Before we move onto The Three Musketeers, I thought I’d share a few thoughts about Sarah Ruhl’s In the Next Room, which we closed this past weekend.
Like another play in our season, Hampton’s Les Liaisons Dangereuses, In the Next Room is about an historical past, yet a contemporary play (Ruhl’s being much more contemporary than Hampton’s 25-year-old creation). Sarah Ruhl is writing about the past and where we’ve come from, but she is also, one presumes, writing about our lives today. Actually, I recall that Ms. Ruhl stated this very thing in an interview with Raven Snook in Time Out New York:
I think it’s actually—and this sounds so pretentious—ontologically impossible to write about the past and not write about the present, because I’m in the present, so I’m always commenting from a distance. Even if I set out to write a play purely about the 19th century, I’m actually writing about myself living in New York in this moment in time. (Sep. 2, 2009; here is the complete article.)
When you see or read the play more than once, some of the initial impact falls away—well, the events and the comedy and the juxtapositions that are odd to us lose that first-time punch, but other elements in the play emerge (once we no longer are in the “shock comedy” mode): Ruhl’s use of various images related to light and dark; of natural light sources v. the “artificial” light of the new, glaring electric bulb; the man engrossed in the latest technology of the day, abandoning his family, his wife, his child for his equivalent of a new iPhone. These pieces of In the Next Room become visible and support the main action (as do the poetic speeches that Ruhl is not afraid to give her characters).
In the Next Room ends with a love scene between Dr. and Mrs. Givings. “Open me,” she asks. “Here?” he responds, for they are in their living room, next to his operating theatre and his vibrator.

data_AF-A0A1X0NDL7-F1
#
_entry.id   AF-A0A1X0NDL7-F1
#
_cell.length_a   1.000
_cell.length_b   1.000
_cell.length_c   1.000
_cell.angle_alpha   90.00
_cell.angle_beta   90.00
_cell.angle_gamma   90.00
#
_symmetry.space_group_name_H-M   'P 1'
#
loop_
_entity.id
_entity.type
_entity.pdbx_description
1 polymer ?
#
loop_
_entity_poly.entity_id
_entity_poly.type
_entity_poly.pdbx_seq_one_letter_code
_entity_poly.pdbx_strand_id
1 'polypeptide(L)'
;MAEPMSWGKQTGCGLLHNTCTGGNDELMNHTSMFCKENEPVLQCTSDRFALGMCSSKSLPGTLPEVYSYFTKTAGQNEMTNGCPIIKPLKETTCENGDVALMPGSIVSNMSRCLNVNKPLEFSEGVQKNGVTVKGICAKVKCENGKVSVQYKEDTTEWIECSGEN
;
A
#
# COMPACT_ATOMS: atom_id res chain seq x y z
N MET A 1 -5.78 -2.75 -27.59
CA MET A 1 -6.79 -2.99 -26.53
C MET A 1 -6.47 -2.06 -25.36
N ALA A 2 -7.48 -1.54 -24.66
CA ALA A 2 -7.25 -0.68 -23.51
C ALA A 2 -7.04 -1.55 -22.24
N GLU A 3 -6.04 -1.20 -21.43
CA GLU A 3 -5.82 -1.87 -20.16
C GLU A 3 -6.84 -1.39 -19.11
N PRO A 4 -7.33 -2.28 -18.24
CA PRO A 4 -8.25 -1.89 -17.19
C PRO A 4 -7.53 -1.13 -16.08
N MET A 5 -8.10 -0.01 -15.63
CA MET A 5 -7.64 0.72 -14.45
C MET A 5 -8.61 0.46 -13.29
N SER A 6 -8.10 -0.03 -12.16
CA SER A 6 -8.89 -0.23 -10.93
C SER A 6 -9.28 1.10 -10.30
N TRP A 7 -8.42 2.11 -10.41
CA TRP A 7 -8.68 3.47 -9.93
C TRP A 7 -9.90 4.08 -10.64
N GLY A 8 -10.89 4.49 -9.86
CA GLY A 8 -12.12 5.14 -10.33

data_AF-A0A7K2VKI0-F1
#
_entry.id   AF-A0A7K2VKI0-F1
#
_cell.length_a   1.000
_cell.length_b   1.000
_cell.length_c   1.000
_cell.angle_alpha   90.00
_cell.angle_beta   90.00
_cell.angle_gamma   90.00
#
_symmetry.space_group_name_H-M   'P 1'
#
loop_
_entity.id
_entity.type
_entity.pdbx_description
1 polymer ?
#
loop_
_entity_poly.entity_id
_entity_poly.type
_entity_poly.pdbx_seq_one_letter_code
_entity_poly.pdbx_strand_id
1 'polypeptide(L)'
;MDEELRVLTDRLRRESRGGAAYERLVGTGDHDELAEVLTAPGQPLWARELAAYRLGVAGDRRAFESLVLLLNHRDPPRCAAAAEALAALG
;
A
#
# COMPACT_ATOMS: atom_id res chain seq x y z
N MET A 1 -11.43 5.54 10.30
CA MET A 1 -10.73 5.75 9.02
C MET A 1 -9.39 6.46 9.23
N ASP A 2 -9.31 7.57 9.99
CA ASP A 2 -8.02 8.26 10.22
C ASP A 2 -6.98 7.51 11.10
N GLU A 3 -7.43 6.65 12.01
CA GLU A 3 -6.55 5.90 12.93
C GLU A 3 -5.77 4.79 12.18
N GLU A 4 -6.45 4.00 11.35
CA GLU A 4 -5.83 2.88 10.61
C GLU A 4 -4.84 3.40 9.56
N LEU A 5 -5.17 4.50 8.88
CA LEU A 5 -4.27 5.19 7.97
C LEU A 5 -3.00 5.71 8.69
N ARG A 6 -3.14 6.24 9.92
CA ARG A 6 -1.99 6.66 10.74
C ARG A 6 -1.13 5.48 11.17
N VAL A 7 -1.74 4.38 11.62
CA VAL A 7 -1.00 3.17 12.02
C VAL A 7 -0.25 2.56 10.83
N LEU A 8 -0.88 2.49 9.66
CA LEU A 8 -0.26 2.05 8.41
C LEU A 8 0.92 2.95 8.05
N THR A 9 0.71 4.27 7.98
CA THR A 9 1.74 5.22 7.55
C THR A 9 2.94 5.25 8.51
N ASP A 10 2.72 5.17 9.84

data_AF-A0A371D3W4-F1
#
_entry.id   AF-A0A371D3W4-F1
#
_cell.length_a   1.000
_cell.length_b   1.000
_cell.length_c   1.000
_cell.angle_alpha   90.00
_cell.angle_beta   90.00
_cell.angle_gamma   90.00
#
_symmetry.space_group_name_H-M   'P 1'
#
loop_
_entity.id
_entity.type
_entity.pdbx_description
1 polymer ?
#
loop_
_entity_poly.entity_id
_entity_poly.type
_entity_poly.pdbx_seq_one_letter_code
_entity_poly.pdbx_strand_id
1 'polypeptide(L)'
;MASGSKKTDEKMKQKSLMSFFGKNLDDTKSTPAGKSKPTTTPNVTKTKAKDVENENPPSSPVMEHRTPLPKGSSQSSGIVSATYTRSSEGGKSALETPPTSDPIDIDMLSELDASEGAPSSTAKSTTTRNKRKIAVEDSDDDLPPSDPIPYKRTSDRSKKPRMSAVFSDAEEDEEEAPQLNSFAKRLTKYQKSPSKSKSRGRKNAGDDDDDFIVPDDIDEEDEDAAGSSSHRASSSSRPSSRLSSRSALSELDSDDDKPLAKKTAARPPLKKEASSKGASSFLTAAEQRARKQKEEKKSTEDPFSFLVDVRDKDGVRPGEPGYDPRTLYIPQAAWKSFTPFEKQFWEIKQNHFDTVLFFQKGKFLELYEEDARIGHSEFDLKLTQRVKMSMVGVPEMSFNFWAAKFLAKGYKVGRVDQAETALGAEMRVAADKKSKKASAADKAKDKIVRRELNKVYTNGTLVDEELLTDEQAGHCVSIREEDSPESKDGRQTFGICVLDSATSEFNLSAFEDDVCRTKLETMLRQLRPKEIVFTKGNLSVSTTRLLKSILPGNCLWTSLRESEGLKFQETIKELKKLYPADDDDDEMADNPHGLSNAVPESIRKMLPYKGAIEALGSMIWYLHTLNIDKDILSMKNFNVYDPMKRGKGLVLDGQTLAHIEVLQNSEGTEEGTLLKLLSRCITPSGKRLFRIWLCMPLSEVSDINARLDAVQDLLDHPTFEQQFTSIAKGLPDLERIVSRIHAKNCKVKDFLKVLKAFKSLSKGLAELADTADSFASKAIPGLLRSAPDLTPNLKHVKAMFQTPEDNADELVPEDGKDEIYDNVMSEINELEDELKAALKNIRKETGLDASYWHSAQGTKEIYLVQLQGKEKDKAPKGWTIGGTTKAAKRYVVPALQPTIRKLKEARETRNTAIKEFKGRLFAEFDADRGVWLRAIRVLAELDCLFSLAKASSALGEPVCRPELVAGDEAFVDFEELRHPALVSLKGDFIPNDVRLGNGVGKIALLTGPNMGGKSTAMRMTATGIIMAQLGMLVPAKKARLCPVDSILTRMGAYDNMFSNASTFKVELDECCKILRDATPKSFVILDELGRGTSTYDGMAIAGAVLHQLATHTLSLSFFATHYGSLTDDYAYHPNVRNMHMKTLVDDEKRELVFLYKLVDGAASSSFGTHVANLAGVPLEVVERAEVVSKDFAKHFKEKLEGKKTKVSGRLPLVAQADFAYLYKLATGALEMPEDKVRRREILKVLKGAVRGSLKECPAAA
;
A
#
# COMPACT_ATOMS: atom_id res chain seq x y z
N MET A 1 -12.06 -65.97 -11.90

“Away from the machine,” she responds. “In the garden. Undress me there.”
And they go there, in the snow, in the dark, into their garden. They remove their clothes: “She has never seen him naked before—she has only seen him under the covers,” read the stage directions. He makes a snow angel, and she gets on top of him, and they make a snow angel together—in the dark, as the flickering, insubstantial gas lights from the streets turn on. And Mrs. Givings has an orgasm on top of her husband.
The Victorian age had restrictions on sex (even within marriage) in part because of a long tradition of church teachings, which said that sex was the way in which sin was transmitted. It was because of sin and sex that the first humans were expelled from Eden.
Ruhl breaks through this construct, taking us back to our nakedness,
taking us back to our sex,
taking us back to our love,
surrounded by angels in a garden.
There is a lot more In the Next Room than a vibrator.